Past Event

Complexity Group Seminar: Tomaso Aste, Department of Computer Science, University College London - "Can Artificial Intelligence predict the behaviour of markets and societies?"

Abstract:
Present expectations for artificial intelligence rely on the idea that the vast quantity of data that is continuously accumulated can be used to train machines that will become capable of modelling and predicting future behaviours of complex systems such as markets and societies. However, the broadly widened observation space, created by the abundance of data, generates new challenges concerning the construction of reliable predictive models that use a large number of variables but can be estimated from a limited number of observations only.
I will present machine learning methodologies based on the combination of information filtering networks and probabilistic modelling that can produce meaningful models which are capable to make reliable forecasts even in practical cases where uncertainty is present, statistical stability is poor, time series are short, and no reliable training sets are available.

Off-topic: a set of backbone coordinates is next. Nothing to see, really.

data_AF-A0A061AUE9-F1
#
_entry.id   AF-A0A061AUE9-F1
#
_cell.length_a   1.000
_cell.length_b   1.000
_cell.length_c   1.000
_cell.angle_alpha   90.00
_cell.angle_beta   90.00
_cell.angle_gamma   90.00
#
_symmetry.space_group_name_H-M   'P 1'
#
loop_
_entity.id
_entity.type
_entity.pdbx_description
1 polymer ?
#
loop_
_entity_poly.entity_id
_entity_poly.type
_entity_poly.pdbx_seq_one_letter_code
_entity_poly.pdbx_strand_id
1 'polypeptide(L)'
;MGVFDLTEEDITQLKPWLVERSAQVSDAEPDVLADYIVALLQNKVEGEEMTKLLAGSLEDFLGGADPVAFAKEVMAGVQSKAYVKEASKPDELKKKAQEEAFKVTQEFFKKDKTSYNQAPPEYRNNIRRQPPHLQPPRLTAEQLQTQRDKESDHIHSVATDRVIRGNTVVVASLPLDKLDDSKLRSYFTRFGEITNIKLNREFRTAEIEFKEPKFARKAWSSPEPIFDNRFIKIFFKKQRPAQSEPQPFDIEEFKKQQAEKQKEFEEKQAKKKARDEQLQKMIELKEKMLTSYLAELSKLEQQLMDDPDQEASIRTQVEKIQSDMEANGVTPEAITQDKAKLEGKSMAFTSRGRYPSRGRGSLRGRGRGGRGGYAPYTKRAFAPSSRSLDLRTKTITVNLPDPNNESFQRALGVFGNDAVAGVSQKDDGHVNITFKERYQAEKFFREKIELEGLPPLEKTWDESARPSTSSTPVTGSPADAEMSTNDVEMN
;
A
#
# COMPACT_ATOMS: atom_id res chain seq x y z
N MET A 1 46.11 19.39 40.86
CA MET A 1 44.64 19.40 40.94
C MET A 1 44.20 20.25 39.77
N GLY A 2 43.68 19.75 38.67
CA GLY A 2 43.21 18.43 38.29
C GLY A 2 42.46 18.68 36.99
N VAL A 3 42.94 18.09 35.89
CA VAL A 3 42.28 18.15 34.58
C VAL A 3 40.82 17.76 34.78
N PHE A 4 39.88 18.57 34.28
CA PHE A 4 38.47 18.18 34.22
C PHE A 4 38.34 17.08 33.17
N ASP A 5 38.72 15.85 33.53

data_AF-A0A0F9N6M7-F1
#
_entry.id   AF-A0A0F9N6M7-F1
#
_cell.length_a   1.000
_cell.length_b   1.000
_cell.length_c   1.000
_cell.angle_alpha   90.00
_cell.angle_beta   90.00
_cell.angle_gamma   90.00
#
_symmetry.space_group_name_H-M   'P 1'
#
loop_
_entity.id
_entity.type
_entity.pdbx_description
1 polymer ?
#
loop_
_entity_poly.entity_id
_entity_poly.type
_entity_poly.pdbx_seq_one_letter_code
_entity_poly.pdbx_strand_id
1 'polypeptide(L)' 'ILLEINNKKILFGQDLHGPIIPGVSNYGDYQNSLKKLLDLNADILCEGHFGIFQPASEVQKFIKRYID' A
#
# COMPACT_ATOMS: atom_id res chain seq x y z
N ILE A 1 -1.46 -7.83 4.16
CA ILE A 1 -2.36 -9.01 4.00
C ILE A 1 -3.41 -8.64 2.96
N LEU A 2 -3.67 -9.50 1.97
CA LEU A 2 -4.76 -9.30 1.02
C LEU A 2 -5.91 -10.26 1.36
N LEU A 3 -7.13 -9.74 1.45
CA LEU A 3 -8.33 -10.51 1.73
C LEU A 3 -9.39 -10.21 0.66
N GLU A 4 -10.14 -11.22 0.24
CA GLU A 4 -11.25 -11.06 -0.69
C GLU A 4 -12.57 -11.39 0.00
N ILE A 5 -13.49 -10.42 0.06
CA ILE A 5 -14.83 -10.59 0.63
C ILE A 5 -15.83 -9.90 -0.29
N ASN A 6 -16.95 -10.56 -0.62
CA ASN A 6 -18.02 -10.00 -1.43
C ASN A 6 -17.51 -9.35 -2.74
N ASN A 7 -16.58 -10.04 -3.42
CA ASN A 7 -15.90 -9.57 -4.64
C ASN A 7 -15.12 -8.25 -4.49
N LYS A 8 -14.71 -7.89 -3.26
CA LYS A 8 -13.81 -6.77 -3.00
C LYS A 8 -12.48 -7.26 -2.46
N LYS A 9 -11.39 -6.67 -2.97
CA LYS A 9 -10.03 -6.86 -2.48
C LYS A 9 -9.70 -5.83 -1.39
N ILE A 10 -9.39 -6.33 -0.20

Brief Bio
Tomaso Aste is professor of Complexity Science at UCL Computer Science Department. A trained Physicist, has substantially contributed to research in complex structures analysis, financial systems modelling and machine learning. He is also an expert in the application of Blockchain Technologies to domains beyond digital currencies. He is Scientific Director of the UCL Centre for Blockchain Technologies; Head of the Financial Computing and Analytics Group; Programme Director of the MSc in Financial Risk Management; Vice-Director of the Centre for doctoral Training in Financial Computing & Analytics; Member of the Board of the ESRC LSE-UCL Systemic Risk Centre. Prior to UCL he hold positions in UK and Australia. He is advising and consulting for financial institutions, banks and digital-economy startups.

Details:

01 November 2017 14:00 - 15:00


Location

INET Oxford

Eagle House, Walton Well Road, Oxford, OX2 6ED


Complexity Economics